Habitat loss and degradation remain high, especially in forests and tropical regions. Global wetlands are declining and rivers are fragmented, posing a “critical threat to freshwater diversity,” the report said.

Human activity has wiped out two-thirds of the world's wildlife since 1970, the milestone report says
Pollution is still rampant with plastic in our gardens and pesticides in ecosystems. Our coral reef is dying. Our demand for natural resources is increasing. Meanwhile, indigenous communities are still largely excluded from these conversations, and their valuable knowledge of sustainable resource management is not reflected in national law.
We have also thrown our heads in the sixth mass extinction; Wildlife populations have declined by more than two-thirds since 1970 and have continued to decline over the past decade, the report said.

This deficient effort is reflected in our funding. Globally, governments spend about $ 78-91 billion a year on biodiversity efforts, the report estimates – well below the hundreds of billions of dollars needed.

Even in areas that have made progress, the situation is not really improving – just falling slower and perhaps with less seriousness than if nothing was taken at all. For example, although some countries have managed more sustainable sea fish stocks, a third of the global sea fish stocks are still overfished – a higher proportion than 10 years ago, the report said.

What should we do

Immediate action is needed faster than ever before; the destruction of the earth’s biodiversity will affect us all and be particularly detrimental to “indigenous peoples and local communities and the world’s poor and vulnerable given their dependence on biodiversity for their well – being,” the report said.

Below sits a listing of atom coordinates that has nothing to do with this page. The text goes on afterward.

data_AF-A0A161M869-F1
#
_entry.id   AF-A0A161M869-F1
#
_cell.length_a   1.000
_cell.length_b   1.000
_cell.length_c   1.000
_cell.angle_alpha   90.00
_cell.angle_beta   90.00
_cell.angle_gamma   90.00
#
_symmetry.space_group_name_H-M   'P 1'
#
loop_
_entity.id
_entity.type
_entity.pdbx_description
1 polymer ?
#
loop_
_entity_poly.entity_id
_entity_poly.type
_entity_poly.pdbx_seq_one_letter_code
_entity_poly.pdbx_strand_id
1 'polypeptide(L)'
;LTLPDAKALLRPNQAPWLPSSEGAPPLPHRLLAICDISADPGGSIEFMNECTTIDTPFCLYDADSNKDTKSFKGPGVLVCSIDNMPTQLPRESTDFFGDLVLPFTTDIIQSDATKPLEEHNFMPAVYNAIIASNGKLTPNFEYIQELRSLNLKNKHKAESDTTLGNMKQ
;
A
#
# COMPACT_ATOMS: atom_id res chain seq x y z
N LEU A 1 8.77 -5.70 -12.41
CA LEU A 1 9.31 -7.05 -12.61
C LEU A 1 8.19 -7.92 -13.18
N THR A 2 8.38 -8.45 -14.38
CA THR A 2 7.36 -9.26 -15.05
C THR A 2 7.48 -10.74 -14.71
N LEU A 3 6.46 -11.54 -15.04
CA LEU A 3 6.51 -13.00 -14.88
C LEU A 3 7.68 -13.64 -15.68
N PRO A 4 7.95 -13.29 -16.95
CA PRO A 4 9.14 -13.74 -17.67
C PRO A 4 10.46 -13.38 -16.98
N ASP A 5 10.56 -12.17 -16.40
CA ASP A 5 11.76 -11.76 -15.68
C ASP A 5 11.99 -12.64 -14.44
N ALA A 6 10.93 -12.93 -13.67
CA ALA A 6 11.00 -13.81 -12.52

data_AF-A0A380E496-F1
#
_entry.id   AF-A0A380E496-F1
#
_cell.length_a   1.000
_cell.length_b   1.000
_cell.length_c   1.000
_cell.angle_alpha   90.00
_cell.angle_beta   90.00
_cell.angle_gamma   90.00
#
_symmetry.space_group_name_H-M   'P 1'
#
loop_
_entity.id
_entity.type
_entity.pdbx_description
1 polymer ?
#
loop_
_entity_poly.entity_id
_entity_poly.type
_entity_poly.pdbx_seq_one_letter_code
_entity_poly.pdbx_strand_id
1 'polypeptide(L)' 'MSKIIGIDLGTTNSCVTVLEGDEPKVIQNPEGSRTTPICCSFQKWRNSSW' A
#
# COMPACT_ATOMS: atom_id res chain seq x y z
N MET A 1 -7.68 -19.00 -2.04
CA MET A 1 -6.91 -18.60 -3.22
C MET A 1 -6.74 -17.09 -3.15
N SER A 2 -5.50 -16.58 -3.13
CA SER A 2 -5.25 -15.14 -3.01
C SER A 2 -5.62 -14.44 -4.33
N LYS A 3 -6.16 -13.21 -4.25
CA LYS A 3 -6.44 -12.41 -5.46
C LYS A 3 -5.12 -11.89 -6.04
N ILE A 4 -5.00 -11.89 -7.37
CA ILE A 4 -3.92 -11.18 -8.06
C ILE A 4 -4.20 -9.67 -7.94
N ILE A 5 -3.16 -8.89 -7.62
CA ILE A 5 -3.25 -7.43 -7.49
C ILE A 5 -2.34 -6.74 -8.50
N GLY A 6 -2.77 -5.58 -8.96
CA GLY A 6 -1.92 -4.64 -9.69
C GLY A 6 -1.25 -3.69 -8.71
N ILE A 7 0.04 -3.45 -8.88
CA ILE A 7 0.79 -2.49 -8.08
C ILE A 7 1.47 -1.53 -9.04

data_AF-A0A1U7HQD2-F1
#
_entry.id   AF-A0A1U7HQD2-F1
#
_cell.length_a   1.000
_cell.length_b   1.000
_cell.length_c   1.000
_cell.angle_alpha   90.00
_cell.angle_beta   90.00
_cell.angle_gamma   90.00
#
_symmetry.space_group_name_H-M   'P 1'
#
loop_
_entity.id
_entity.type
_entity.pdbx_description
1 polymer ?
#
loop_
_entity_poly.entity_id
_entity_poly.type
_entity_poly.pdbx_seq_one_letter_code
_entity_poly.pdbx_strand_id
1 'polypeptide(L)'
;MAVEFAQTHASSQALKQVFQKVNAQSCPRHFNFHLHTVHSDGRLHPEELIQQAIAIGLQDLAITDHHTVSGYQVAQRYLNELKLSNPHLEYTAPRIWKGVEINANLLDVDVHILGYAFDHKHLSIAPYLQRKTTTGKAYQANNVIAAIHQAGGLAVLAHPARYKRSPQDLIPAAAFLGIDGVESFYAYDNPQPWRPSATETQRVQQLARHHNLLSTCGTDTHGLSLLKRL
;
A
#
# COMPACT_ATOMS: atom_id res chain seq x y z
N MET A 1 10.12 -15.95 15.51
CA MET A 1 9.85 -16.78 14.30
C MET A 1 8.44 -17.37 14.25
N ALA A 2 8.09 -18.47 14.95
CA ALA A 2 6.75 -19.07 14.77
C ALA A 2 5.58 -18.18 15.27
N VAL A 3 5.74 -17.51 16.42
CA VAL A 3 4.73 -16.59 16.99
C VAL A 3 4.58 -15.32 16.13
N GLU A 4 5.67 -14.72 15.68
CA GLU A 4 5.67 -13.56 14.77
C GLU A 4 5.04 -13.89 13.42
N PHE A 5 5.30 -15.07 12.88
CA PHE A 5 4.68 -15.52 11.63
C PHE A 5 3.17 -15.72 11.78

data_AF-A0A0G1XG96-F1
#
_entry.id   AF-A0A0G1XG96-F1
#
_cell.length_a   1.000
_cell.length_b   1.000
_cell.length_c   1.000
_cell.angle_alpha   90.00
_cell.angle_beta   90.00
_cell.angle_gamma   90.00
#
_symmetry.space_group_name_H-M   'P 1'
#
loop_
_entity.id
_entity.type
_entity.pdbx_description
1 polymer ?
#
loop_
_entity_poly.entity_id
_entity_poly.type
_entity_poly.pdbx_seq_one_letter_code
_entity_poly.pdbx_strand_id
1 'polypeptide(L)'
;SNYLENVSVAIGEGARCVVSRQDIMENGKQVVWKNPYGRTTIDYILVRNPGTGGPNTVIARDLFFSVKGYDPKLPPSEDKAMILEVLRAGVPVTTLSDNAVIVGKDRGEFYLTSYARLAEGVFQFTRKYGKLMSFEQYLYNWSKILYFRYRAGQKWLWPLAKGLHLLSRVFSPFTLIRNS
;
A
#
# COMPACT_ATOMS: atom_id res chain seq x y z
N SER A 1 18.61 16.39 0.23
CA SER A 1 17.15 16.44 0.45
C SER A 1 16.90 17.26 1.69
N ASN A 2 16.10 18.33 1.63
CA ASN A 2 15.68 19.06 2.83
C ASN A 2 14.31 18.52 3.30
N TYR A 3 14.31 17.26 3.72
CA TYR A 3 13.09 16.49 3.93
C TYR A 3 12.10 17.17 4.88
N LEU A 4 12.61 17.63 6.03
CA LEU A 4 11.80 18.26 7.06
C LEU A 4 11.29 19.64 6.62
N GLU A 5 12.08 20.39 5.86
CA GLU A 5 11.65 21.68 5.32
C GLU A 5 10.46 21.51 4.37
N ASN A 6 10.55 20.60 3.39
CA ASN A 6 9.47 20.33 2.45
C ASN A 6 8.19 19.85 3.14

We have ten years to save the Earth's biodiversity as mass extinction caused by humans takes hold, warns UN

It added that despite our failure to meet any of the Aichi targets, “it is not too late to curb, halt and eventually reverse current trends in the decline of biodiversity.” Many of the necessary actions have already been identified and agreed under international treaties such as the Paris Climate Change Agreement (from which the United States is currently withdrawing).

The report outlined eight areas where we need a transition to sustainability: land and forests, agriculture, food systems, fisheries and oceans, cities and infrastructure, fresh water, climate action and an integrated global framework “One Health”.

There are more specific steps within each area – for example, cities need to create more green spaces, consider the impact on biodiversity when building new roads or infrastructure, and promote local food production.

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Finding these solutions is “challenging” but critical, and we have seen what happens when we fail. The Covid-19 pandemic, for example, has illustrated “the link between our treatment of the living world and the emergence of human diseases,” UN Secretary-General António Guterres said in the report.

“An intensification of efforts to protect and restore biodiversity – the living structure of our lives and the foundation of human life and prosperity – is an essential part of this collective effort,” he added.